Thousands demonstrated in support of Sudan's president in Khartoum, a day after the International Criminal Court approved an arrest warrant for Omar al-Bashir. President Bashir lashed out at the court's efforts, calling them neo-colonialist.
For the second day in a row, crowds in Sudan's capital Khartoum gathered to show their support for President Omar al-Bashir, shouting slogans and brandishing signs criticizing the International Criminal Court and its chief prosecutor.
Dancing and waving his famous cane in front of the crowd, President Bashir railed against the court and its supporters, accusing them of trying to exploit Sudan and its resources. "We do not kneel to colonialism," he said. He said the government would combat any attempts to destabilize the country.
A journalist with Khartoum's Al-Akhbar newspaper, Maaz Alnugom, estimated the crowd at five- or six-thousand. He told VOA that small crowds had also tried to protest in front of the U.S. Embassy and other missions, but had been turned away by police. Security has been ratcheted up in the capital, particularly around western diplomatic missions.
Jimmy Kawanjara, a Kenyan shop owner in Khartoum, said the atmosphere was tense among foreigners, who have been told by their governments to stay inside. But he said the protests were peaceful.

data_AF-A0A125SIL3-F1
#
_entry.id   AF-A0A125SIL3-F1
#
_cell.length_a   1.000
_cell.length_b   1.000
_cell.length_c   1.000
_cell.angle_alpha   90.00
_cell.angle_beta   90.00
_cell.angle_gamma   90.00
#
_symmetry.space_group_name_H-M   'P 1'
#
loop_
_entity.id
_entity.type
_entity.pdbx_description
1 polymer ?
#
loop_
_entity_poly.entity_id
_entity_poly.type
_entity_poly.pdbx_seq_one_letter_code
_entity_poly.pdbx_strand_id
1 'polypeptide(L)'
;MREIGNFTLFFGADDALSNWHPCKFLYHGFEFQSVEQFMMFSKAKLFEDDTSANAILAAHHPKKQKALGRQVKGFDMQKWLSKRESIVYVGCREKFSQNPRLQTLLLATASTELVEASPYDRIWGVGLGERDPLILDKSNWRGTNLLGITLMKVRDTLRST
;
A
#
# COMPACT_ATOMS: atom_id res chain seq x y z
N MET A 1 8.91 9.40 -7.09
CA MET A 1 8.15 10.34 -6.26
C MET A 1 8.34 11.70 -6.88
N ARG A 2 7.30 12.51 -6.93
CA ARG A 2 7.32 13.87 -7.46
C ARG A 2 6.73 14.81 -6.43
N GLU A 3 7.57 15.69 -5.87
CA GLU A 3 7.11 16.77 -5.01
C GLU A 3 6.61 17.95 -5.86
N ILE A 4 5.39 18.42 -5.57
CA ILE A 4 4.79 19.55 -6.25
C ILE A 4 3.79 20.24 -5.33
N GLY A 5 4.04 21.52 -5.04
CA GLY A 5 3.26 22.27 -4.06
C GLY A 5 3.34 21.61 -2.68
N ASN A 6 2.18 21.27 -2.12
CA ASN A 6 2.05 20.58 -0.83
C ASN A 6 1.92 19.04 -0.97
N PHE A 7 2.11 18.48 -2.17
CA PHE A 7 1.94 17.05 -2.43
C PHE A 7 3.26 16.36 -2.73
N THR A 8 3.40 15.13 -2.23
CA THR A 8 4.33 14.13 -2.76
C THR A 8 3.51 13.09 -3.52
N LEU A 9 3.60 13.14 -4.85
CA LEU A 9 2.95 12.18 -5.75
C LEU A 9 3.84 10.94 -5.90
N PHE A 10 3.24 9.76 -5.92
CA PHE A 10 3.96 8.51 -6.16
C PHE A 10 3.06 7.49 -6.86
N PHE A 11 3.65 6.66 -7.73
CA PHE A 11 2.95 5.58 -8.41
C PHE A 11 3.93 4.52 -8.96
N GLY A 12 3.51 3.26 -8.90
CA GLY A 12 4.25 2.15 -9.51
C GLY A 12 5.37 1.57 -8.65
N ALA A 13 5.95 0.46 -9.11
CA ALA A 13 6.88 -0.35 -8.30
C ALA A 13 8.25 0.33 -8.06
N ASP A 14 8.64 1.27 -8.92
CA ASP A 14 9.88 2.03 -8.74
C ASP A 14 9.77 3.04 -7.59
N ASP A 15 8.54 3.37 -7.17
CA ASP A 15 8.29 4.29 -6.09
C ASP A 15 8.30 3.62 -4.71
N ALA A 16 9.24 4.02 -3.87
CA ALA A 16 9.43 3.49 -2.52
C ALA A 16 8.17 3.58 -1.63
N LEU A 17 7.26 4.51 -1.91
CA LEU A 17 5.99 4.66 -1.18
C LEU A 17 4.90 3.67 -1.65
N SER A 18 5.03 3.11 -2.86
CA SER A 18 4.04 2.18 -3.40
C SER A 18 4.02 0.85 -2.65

"The demonstrations are very peaceful," said Kawanjara. "They have the government backing, so we are not expecting to see any violence with police fighting demonstrators."
Alnugom said most of the people at Thursday's rally were members of the president's National Congress Party.
"That does not mean those are the majority of the people in Sudan," he said. "We have many parties, we have government parties and anti-government people. Many people support the court, but nobody can declare this view."
Further protests are planned for the capital on Friday and President Bashir is expected to visit the Darfur region on Sunday.
Sudanese officials have said they will lead a diplomatic effort to suspend the ICC warrant. The African Union, which has opposed the warrant, was meeting in Addis Ababa on Thursday. And China's government called for the warrant to be withdrawn.
The Sudan People's Liberation Movement, the former rebel group now in control of the semi-autonomous government of South Sudan, and a partner with Bashir's party in the national government, reaffirmed its support for the president. While there is little sympathy for the president in the south, many southern leaders fear that his removal could jeopardize the fragile peace agreement signed between the two sides in 2005.
The Umma party in the north also affirmed its opposition to the warrant, saying Darfur crimes should be tried within Sudan.
The warrant was greeted enthusiastically, however, by many in Darfur's refugee camps, and by Darfur rebel groups. The Justice and Equality Movement, the region's most powerful faction, said it would not participate in further negotiations, saying the government is now illegitimate.
The Sudanese government also announced the expulsion of ten international aid agencies, including Oxfam, Save the Children, and International Rescue Committee, from Darfur, and there were reports that more groups could follow.